United States in World War I
Quotes about the United States in World War I. The United States declared war on Germany on April 6, 1917, more than two years after World War I started. A ceasefire and Armistice was declared on November 11, 1918. Before entering the war, the U.S. had remained neutral, though it had been an important supplier to the United Kingdom, France, and the other Allied powers.
- The Nation has need of all that can be contributed to it through the best efforts of all its citizens. The colored people have repeatedly proved their devotion to the high ideals of our country. They gave their services in the war with the same patriotism and readiness that other citizens did. The records of the selective draft show that somewhat more than 2,250,000 colored men were registered. The records further prove that, far from seeking to avoid participation in the national defense, they showed that they wished to enlist before the selective service act was put into operation, and they did not attempt to evade that act afterwards.
- Come on, you sons of bitches, do you want to live forever?
- Daniel Daly, Battle cry at the Battle of Belleau Wood, World War I (June 1918)
- The Frogs" and "Joe Latrino" boys had been whispering the fini la guerre for so long that when the news did reach us, we didn't believe it. The official report caught us just about midnight along the main drag southwest of Sedan, which had been reached by some of the units of the outfit in competition with other American divisions and the French. He only thing we had to celebrate with were grenades, rockets, rifles, etc., and everybody did. The bedlam wore off about daybreak. The waffle boys of the staff drove up in their big limousines and shiny uniforms and boots and demanded: "Where are your men?" The captain pointed. Here and there in a rain-soaked field and out in the open in the steady drizzle, there were the men, sleeping singly, coiled up like a dog, or in twos or threes, anything to keep warm.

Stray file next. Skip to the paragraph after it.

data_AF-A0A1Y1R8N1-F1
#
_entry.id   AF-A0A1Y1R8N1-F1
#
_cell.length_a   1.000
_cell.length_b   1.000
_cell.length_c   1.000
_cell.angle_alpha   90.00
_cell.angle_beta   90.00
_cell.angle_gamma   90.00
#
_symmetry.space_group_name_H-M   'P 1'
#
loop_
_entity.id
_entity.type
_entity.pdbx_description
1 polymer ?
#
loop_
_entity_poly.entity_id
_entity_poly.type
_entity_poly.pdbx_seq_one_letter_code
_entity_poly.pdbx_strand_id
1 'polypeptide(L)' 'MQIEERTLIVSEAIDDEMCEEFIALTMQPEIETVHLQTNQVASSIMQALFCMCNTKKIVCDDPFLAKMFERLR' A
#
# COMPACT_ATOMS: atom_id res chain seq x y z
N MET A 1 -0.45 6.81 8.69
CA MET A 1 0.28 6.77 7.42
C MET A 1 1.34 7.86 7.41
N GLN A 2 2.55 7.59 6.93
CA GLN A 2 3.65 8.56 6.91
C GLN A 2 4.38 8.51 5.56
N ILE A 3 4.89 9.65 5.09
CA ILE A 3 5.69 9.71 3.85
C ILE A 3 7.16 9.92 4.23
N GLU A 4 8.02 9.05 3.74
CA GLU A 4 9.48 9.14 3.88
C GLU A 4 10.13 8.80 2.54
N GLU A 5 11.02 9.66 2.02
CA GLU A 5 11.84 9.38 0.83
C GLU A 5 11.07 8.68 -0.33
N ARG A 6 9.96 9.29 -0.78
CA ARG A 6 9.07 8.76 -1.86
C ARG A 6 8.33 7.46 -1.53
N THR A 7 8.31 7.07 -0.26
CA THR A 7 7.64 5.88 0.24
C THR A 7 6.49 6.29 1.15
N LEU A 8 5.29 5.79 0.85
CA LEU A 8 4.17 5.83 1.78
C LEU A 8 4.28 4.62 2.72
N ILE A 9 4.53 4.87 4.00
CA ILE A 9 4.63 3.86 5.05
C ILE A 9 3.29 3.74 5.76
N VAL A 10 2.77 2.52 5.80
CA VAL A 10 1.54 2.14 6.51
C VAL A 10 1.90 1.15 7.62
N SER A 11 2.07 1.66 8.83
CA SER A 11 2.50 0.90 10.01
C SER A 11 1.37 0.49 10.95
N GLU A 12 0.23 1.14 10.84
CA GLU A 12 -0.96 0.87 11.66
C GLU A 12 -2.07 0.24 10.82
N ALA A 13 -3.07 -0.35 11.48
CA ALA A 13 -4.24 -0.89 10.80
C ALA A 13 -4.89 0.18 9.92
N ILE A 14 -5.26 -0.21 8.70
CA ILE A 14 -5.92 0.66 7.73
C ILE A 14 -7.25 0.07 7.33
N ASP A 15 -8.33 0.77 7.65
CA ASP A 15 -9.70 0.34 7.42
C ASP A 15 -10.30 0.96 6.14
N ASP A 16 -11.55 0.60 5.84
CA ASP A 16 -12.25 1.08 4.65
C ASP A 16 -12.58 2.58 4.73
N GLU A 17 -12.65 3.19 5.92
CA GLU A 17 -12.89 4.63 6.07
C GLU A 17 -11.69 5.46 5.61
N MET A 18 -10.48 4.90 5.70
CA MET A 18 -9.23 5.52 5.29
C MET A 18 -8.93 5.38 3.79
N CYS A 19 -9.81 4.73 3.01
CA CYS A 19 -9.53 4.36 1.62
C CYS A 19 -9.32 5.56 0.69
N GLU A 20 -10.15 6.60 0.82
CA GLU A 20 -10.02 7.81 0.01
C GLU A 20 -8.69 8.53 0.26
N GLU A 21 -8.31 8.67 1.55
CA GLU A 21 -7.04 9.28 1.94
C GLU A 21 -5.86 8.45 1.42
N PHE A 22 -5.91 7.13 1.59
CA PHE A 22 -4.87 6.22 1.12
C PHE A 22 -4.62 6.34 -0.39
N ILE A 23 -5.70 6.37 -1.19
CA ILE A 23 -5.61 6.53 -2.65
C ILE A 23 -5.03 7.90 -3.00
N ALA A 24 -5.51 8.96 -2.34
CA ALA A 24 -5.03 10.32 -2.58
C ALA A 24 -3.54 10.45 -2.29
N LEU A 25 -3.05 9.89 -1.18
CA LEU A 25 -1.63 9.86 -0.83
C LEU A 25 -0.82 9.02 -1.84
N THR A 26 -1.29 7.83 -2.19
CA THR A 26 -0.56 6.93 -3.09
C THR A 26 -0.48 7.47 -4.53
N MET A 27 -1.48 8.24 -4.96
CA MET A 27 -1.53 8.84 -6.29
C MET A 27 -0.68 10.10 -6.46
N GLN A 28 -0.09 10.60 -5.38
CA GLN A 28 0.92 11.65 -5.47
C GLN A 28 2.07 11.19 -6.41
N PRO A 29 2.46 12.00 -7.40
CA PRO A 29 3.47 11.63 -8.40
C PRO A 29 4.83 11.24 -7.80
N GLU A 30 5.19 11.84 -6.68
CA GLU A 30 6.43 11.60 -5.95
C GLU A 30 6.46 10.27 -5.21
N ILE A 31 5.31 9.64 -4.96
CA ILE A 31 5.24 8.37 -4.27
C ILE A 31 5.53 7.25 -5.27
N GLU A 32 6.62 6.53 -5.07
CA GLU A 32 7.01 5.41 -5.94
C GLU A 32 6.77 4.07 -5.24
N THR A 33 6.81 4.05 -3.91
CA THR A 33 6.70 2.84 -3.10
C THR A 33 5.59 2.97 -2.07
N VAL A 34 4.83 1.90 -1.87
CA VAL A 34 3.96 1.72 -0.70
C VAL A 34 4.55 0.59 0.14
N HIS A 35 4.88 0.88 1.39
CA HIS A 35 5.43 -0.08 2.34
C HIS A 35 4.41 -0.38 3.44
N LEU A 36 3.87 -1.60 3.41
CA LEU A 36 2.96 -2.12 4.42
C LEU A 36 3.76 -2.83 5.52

- Rondo Hatton, "News Hounds, Once Doughboys, Describe First Armisitice Day: South of Sedan," The Tampa Times (12 November 1928), p. 11
- [T]o claim that the over 100,000 American soldiers who died on the front lines in World War I were defending American freedoms, as Memorial Day speakers like Obama do year after year, is simply a lie. World War I was never about a threat to America. It was a war of empire, fought by the European powers, none of which was any better or worse than the others, and the US joined that conflict not for noble reasons or for defense, but in hopes of picking up some of the pieces. My own maternal grandfather, a promising sprinter who had Olympic aspirations, was struck with mustard gas in the trenches and, unable to run anymore with his permanently scarred lungs, ended up having to settle for coaching high school as a career. (My paternal grandfather won a silver star for heroism as an ambulance driver on the front, but was so damaged by what he experienced that he never talked about it at all, my father says.) Sadly, their sacrifices and heroism served no noble cause.